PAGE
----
Posted on June 21, 2016
This blog has discussed Ohio’s Prompt Pay Act (“PPA”) and the protections it provides to subcontractors’ and materialmens’ right to be paid for their work before on several occasions. What has never been addressed, by this blog or any court as far as we can tell, is what happens when the parties’ contractual obligations don’t offer as much protection as the PPA. Specifically, what will control the result: the contract or the law? Recently Ohio’s First District Court of Appeals gave us an answer in H&H Glass, Inc. v. Empire Bldg. Co., L.L.C., 2016-Ohio-3029, and most subcontractors will not like conclusion the Court reached.
The PPA establishes clear deadlines within which subcontractors and materialmen must be paid, requiring subcontractors and materialmen to be paid within ten calendar days of the contractor receiving payment or retainage from an owner. A contractor who fails to pay within the statutory period is liable for interest payment at 18% on the monies withheld and, if the contractor has not complied with the requirements of the PPA within thirty days, the subcontractor or materialman may file suit to recover the original amount owed, plus the interest and attorneys’ fees.
Important to the Court’s decision in H&H Glass, the PPA allows payment to be withheld in the case of a bona fide dispute. Relying on this exception can be a risky proposition, as a contractor that ends up on the losing end of a drawn-out legal battle could end up staring at a mountain of interest and legal bills, as the general contractor did in Frank Novak & Sons, Inc. v. A-Team, LLC, 2014-Ohio-922, and got slapped with a huge judgment for interest and attorneys fees.
In H&H Glass, however, the contractor’s reliance on the of a bona fide dispute provisions of the PPA worked in its favor – sort of. Subcontractor H&H Glass, Inc., (“H&H”) entered into a contract with general contractor Empire Building Co. (“Empire”) to supply materials and services related to the installation windows and door frames on a Cincinnati school. H&H submitted monthly pay applications to Empire, which Empire submitted to the project manager for payment. During the course of the project, there were a number of disputes between H&H and Empire regarding whether H&H had properly billed for work performed, the timeliness of payments from Empire to H&H, and retainage amounts withheld by Empire. Ultimately, H&H walked off of the job and Empire hired another contractor, to complete H&H’s work.
H&H sued Empire for breach of contract and violations of the PPA, asserting that Empire had failed to pay H&H $27,084.80. The trial court determined that Empire had materially breached its contract with H&H by failing to pay in accordance with the contract, and that, following the breach, but that the PPA did not apply to the dispute so H&H was not entitled to an award of interest and attorney’s fees.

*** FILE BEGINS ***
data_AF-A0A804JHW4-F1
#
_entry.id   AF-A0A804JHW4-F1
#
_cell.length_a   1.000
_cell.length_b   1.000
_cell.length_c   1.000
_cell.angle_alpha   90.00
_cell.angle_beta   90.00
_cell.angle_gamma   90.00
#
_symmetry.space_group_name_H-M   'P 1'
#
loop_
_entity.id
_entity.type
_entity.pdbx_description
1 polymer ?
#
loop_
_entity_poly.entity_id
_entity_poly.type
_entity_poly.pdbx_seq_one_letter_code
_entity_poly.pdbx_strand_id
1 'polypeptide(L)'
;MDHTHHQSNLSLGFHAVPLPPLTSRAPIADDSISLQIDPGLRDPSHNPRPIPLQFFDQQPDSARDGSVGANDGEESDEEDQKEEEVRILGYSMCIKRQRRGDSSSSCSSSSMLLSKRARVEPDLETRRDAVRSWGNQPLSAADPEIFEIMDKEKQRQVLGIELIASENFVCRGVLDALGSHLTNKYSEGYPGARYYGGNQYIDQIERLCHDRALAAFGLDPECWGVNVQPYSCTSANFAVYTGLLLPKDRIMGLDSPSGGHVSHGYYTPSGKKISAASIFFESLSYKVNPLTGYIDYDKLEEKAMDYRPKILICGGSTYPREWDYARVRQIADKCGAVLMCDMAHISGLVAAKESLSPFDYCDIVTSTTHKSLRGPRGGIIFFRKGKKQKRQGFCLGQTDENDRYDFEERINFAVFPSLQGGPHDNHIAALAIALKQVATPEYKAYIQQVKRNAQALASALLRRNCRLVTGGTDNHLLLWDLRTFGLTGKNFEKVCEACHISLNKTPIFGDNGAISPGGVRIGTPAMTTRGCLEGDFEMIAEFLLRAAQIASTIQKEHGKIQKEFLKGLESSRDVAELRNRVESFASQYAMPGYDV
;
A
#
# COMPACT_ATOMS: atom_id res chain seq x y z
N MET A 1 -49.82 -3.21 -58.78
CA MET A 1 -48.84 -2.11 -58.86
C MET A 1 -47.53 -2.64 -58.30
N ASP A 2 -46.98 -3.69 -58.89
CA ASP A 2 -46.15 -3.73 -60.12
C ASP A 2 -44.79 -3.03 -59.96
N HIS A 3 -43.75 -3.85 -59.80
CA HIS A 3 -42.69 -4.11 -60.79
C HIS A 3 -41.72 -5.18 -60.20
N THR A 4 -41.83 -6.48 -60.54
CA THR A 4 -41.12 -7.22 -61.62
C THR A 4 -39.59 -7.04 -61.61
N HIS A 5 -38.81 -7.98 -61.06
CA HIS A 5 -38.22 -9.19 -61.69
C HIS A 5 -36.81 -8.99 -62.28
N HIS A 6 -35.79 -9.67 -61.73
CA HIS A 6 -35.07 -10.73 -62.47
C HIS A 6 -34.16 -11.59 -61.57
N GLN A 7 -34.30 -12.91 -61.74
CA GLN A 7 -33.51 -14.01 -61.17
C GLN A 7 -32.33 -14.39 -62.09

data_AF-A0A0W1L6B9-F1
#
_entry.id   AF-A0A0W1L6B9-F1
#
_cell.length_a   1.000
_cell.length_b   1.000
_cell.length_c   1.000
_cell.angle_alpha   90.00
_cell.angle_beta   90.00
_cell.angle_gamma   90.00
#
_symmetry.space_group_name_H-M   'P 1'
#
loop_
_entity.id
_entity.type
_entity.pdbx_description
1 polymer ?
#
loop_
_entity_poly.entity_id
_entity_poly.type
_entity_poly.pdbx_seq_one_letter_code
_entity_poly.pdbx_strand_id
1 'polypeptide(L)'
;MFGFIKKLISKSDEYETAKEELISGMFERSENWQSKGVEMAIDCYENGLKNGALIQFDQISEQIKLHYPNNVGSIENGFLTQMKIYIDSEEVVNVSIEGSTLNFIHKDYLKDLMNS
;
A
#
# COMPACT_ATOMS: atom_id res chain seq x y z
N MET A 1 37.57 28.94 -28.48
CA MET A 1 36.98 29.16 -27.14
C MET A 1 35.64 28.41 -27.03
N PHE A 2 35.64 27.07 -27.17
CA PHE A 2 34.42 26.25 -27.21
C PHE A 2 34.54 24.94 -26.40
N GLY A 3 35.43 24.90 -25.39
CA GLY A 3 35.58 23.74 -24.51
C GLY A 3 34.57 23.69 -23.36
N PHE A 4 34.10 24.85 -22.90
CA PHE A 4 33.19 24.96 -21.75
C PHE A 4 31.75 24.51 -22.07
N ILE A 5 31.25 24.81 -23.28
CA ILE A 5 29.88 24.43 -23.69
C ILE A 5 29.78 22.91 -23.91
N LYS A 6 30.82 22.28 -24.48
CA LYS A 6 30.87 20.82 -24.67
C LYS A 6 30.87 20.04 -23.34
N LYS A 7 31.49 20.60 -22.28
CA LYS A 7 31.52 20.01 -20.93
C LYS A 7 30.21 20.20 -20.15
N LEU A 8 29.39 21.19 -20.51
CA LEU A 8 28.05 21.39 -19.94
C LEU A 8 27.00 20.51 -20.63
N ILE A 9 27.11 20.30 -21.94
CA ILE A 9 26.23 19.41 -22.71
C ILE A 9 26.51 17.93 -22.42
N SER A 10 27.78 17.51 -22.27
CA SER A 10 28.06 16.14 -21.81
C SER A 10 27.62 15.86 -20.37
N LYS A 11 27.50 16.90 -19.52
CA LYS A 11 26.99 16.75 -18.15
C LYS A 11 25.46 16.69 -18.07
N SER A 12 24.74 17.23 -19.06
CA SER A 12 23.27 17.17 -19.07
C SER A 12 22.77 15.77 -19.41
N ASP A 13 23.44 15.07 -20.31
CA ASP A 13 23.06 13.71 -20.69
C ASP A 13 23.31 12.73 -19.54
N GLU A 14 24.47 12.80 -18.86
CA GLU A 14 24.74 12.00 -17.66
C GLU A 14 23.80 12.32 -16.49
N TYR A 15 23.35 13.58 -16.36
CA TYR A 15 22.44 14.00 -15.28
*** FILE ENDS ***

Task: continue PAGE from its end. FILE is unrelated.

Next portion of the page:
On appeal, the First District held that Empire had, in fact, breached the contract by failing to pay H&H in full and in a timely manner. The Court recognized that “Wrongfully and consistently withholding payment of labor costs can fairly be characterized as a breach going to the ‘essence’ of the parties’ agreement.” Empire failed to promptly pay H&H in accordance with the contract, so that has to be a PPA violation, right? Apparently not, at least according to the First District.
The Court determined that the breach of contract for non-payment did not necessarily translate to a violation of the PPA. Specifically, the Court held, “Empire’s disputes concerning payment on H&H’s pay applications included disagreements over whether H&H had completed the work billed for, disputes over [withholding of custom] storefront materials, and withholding of monies to cover the costs to hire another subcontractor to complete the work H&H had not. H&H’s ultimate success on its breach-of-contract action did not preclude a finding of a good-faith dispute, rendering the Prompt Pay Act inapplicable.”
The question that the First District did not answer, however, was whether the disputes raised by Empire in defense to H&H’s PPA claim were regarding the work itself. This is important because, the Ohio Supreme Court specifically limited the meaning of “disputed liens or claims” as that phrase is used in the PPA in the case of Masiongale Electrical-Mechanical, Inc. v. Construction One, Inc., 102 Ohio St. 3d 1 (2004). Specifically, the Ohio Supreme Court conclusively determined that the alleged breaches and anticipated costs did not create “disputed liens or claims involving the work or labor performed or material furnished by the subcontractor,” within the meaning of the PPA. According to the Ohio Supreme Court, paperwork disputes, e.g. failure to submit lien-waivers, are not valid reasons for a contractor to hold subcontractors money because they do not involve the work.
As demonstrated by the H&H Glass case, even if a general contractor cannot be held liable for violations of the Act, it will still be held to its obligations under the contract. Evaluating both claims and defenses under the PPA and assessing possible exposure to a PPA claim are undertakings that can, and should, be discussed with experienced legal counsel. For questions regarding Ohio’s Prompt Pay Act, or any other aspect of Ohio construction law, please contact the attorneys at Harpst Ross, Ltd. – Business Lawyers for the Construction Industry®, at (330) 983-9971.
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